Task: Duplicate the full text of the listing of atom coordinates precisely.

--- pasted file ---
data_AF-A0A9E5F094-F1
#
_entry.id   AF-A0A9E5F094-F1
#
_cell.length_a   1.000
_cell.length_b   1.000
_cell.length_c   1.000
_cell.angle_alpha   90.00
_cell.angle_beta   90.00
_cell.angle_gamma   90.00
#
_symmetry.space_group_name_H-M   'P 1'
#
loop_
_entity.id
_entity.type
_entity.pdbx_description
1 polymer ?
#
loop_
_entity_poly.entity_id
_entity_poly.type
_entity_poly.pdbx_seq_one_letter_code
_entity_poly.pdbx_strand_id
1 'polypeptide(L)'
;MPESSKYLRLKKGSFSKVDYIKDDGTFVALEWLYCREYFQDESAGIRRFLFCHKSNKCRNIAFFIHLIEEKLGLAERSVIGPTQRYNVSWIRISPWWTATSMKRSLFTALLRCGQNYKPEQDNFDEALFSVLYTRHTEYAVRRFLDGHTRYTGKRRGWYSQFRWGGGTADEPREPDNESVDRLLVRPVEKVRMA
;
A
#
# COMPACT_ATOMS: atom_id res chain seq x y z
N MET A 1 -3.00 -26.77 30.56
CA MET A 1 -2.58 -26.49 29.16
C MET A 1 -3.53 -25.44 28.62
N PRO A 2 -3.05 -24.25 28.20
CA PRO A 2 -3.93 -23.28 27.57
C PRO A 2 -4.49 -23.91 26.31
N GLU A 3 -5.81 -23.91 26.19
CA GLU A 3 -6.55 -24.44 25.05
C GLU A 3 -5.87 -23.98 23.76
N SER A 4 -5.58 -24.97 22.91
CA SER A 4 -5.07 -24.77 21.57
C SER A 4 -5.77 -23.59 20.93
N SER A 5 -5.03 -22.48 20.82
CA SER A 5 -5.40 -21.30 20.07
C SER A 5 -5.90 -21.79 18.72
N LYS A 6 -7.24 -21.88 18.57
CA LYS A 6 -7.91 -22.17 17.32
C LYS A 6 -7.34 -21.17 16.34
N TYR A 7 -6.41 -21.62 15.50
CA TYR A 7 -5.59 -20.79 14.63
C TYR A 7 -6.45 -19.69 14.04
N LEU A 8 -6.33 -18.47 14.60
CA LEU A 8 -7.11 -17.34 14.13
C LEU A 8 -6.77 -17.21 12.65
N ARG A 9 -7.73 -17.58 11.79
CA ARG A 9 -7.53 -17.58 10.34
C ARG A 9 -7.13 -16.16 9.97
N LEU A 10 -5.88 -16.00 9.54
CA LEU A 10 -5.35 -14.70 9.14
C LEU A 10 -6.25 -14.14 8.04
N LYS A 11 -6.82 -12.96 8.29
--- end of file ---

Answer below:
data_AF-A0A9E5F094-F1
#
_entry.id   AF-A0A9E5F094-F1
#
_cell.length_a   1.000
_cell.length_b   1.000
_cell.length_c   1.000
_cell.angle_alpha   90.00
_cell.angle_beta   90.00
_cell.angle_gamma   90.00
#
_symmetry.space_group_name_H-M   'P 1'
#
loop_
_entity.id
_entity.type
_entity.pdbx_description
1 polymer ?
#
loop_
_entity_poly.entity_id
_entity_poly.type
_entity_poly.pdbx_seq_one_letter_code
_entity_poly.pdbx_strand_id
1 'polypeptide(L)'
;MPESSKYLRLKKGSFSKVDYIKDDGTFVALEWLYCREYFQDESAGIRRFLFCHKSNKCRNIAFFIHLIEEKLGLAERSVIGPTQRYNVSWIRISPWWTATSMKRSLFTALLRCGQNYKPEQDNFDEALFSVLYTRHTEYAVRRFLDGHTRYTGKRRGWYSQFRWGGGTADEPREPDNESVDRLLVRPVEKVRMA
;
A
#
# COMPACT_ATOMS: atom_id res chain seq x y z
N MET A 1 -3.00 -26.77 30.56
CA MET A 1 -2.58 -26.49 29.16
C MET A 1 -3.53 -25.44 28.62
N PRO A 2 -3.05 -24.25 28.20
CA PRO A 2 -3.93 -23.28 27.57
C PRO A 2 -4.49 -23.91 26.31
N GLU A 3 -5.81 -23.91 26.19
CA GLU A 3 -6.55 -24.44 25.05
C GLU A 3 -5.87 -23.98 23.76
N SER A 4 -5.58 -24.97 22.91
CA SER A 4 -5.07 -24.77 21.57
C SER A 4 -5.77 -23.59 20.93
N SER A 5 -5.03 -22.48 20.82
CA SER A 5 -5.40 -21.30 20.07
C SER A 5 -5.90 -21.79 18.72
N LYS A 6 -7.24 -21.88 18.57
CA LYS A 6 -7.91 -22.17 17.32
C LYS A 6 -7.34 -21.17 16.34
N TYR A 7 -6.41 -21.62 15.50
CA TYR A 7 -5.59 -20.79 14.63
C TYR A 7 -6.45 -19.69 14.04
N LEU A 8 -6.33 -18.47 14.60
CA LEU A 8 -7.11 -17.34 14.13
C LEU A 8 -6.77 -17.21 12.65
N ARG A 9 -7.73 -17.58 11.79
CA ARG A 9 -7.53 -17.58 10.34
C ARG A 9 -7.13 -16.16 9.97
N LEU A 10 -5.88 -16.00 9.54
CA LEU A 10 -5.35 -14.70 9.14
C LEU A 10 -6.25 -14.14 8.04
N LYS A 11 -6.82 -12.96 8.29